Show Less
Restricted access

Living Stories

Nontraditional College Students in Early Childhood Education

Series:

Susan Bernheimer

In Living Stories: Nontraditional College Students in Early Childhood Education, Susan Bernheimer takes the reader into her journey with a group of nontraditional college students. Bernheimer’s struggle to find a meaningful approach to teaching the students about early childhood development and care is infused with the insights and wisdom that come from listening to, and valuing, the remarkable stories of her students’ lives. This book offers a powerful new road map for early childhood teacher preparation through a relational pedagogy that honors students’ life experiences and that leads to deep reflection and learning. The approach is embedded in students’ strengths and knowledge and is successfully inclusive of an increasingly diverse student demographic. Bernheimer provides an inclusive model of education that builds upon the strengths of all students. 

Show Summary Details
Restricted access

Chapter Eight. Challenges of a Relational Pedagogy

Extract

← 108 | 109 →

Chapter 8

 

Challenges of a Relational Pedagogy

My work with women in poverty not only pushed me into new ways of teaching. It brought me face to face with unexpected levels of personal discomfort. Like my students, I was facing uncertainty and risk as I let go of known answers and searched for new ones. Facilitating learning within a dynamic and spontaneous classroom environment often confronted me with a level of insecurity I had rarely experienced as an instructor. Implementing this pedagogy was turning out to be far more complicated than I ever realized.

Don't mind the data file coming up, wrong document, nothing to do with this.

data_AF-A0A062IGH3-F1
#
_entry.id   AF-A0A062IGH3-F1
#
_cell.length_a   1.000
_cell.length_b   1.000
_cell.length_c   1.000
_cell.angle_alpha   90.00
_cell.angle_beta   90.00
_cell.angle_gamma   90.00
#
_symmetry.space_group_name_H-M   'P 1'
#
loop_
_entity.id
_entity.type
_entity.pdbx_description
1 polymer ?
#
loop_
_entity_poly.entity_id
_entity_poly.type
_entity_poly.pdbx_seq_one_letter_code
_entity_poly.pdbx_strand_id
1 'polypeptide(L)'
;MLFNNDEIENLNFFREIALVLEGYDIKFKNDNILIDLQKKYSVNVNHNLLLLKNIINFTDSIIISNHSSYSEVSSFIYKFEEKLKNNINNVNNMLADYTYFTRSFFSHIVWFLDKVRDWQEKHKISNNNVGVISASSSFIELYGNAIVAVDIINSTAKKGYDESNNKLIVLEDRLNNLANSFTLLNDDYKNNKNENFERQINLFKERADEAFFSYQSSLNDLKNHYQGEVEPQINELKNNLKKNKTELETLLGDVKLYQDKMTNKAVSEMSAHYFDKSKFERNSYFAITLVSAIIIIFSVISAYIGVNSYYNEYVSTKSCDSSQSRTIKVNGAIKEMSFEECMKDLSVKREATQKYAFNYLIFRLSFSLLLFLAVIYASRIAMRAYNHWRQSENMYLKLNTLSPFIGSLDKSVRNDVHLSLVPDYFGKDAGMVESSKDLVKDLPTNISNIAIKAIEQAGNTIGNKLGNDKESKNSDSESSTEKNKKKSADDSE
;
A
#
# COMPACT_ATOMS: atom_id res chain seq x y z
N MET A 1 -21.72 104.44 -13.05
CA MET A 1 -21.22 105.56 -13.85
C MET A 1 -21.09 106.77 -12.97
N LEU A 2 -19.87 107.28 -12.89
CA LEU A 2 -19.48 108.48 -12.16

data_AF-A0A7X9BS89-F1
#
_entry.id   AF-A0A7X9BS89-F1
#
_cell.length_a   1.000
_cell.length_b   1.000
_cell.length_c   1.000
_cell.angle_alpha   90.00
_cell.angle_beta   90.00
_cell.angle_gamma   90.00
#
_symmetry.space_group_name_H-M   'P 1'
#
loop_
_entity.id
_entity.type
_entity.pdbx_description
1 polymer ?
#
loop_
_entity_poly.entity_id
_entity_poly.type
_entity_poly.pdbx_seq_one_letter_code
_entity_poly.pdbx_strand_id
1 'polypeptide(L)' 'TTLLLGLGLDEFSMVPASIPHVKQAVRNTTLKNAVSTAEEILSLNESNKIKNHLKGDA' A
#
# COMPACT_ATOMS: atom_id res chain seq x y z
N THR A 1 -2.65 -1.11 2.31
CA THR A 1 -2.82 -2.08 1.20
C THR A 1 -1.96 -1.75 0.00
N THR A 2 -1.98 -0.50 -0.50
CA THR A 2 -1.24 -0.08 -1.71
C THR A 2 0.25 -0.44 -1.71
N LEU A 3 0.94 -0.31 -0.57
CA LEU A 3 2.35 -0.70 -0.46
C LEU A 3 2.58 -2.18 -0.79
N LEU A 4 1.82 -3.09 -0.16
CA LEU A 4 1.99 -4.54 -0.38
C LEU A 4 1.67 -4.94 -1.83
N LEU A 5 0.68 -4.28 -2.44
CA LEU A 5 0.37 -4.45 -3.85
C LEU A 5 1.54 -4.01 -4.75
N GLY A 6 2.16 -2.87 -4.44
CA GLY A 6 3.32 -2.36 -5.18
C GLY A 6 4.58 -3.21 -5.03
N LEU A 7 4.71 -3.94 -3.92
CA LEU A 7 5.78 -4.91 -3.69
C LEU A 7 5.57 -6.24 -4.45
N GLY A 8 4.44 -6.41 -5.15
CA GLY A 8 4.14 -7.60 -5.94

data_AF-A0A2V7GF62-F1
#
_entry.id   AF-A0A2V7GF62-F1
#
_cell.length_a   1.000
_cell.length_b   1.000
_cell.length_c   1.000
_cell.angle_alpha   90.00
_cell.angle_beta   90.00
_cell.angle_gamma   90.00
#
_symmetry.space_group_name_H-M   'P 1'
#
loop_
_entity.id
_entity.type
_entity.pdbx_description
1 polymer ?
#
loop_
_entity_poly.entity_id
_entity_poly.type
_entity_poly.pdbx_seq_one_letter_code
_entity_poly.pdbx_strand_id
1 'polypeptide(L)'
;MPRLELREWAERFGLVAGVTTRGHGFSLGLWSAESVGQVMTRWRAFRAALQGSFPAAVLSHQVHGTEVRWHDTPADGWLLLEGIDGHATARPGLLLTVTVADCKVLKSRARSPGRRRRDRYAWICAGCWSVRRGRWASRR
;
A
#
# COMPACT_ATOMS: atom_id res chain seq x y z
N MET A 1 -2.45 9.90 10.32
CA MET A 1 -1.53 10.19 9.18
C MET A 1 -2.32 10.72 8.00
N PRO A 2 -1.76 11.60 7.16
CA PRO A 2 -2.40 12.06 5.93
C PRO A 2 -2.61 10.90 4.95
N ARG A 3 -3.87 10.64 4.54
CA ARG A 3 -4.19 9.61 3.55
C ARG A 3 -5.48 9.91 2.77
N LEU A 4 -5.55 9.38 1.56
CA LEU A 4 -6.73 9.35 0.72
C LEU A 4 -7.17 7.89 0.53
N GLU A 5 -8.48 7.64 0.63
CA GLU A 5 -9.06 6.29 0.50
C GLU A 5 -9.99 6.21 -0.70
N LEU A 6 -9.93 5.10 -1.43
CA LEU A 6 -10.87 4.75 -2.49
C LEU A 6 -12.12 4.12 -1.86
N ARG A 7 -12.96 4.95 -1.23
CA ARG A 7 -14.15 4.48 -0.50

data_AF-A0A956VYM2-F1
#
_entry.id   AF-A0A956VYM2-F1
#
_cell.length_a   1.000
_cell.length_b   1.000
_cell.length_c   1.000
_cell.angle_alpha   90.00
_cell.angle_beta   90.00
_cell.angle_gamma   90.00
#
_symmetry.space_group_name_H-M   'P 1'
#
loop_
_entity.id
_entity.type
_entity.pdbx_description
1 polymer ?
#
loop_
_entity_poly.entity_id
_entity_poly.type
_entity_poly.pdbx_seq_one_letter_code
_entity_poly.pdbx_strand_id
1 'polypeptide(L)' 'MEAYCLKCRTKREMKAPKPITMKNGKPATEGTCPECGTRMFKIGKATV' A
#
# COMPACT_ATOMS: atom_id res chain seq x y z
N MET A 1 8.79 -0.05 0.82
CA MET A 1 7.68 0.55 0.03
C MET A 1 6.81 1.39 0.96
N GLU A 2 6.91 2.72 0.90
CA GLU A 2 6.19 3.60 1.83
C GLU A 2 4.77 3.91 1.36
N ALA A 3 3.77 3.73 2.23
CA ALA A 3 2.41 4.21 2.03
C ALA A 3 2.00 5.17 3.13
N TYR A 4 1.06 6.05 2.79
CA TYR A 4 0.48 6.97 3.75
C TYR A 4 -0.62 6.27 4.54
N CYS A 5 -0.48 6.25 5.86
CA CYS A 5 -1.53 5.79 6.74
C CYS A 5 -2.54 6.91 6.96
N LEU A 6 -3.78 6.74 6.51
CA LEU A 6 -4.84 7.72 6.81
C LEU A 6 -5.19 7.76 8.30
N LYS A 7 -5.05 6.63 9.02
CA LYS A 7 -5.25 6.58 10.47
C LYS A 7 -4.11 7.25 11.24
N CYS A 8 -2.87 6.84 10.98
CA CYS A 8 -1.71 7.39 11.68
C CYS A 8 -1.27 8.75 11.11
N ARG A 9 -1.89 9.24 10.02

Shifting to a Relational Pedagogy

My new purpose of creating an environment for co-constructed knowledge meant reassessing everything I knew about teaching. The students and I would now be working together as partners in the learning process. It challenged much of what I had learned and practiced over the years in teaching college courses. It also meant finding ways to operate within an educational institution structured for a traditional ← 109 | 110 → pedagogy. The scope of changes to shift my approach to instruction often felt overwhelming.

Where to start? My beginning was recognizing that skills I had carefully mastered no longer applied: lectures full of data; being the authority in charge of what knowledge was of value; the expert everyone looked to for answers; and managing every aspect of classroom learning. I was now operating in the gap of redefining my...

You are not authenticated to view the full text of this chapter or article.

This site requires a subscription or purchase to access the full text of books or journals.

Do you have any questions? Contact us.

Or login to access all content.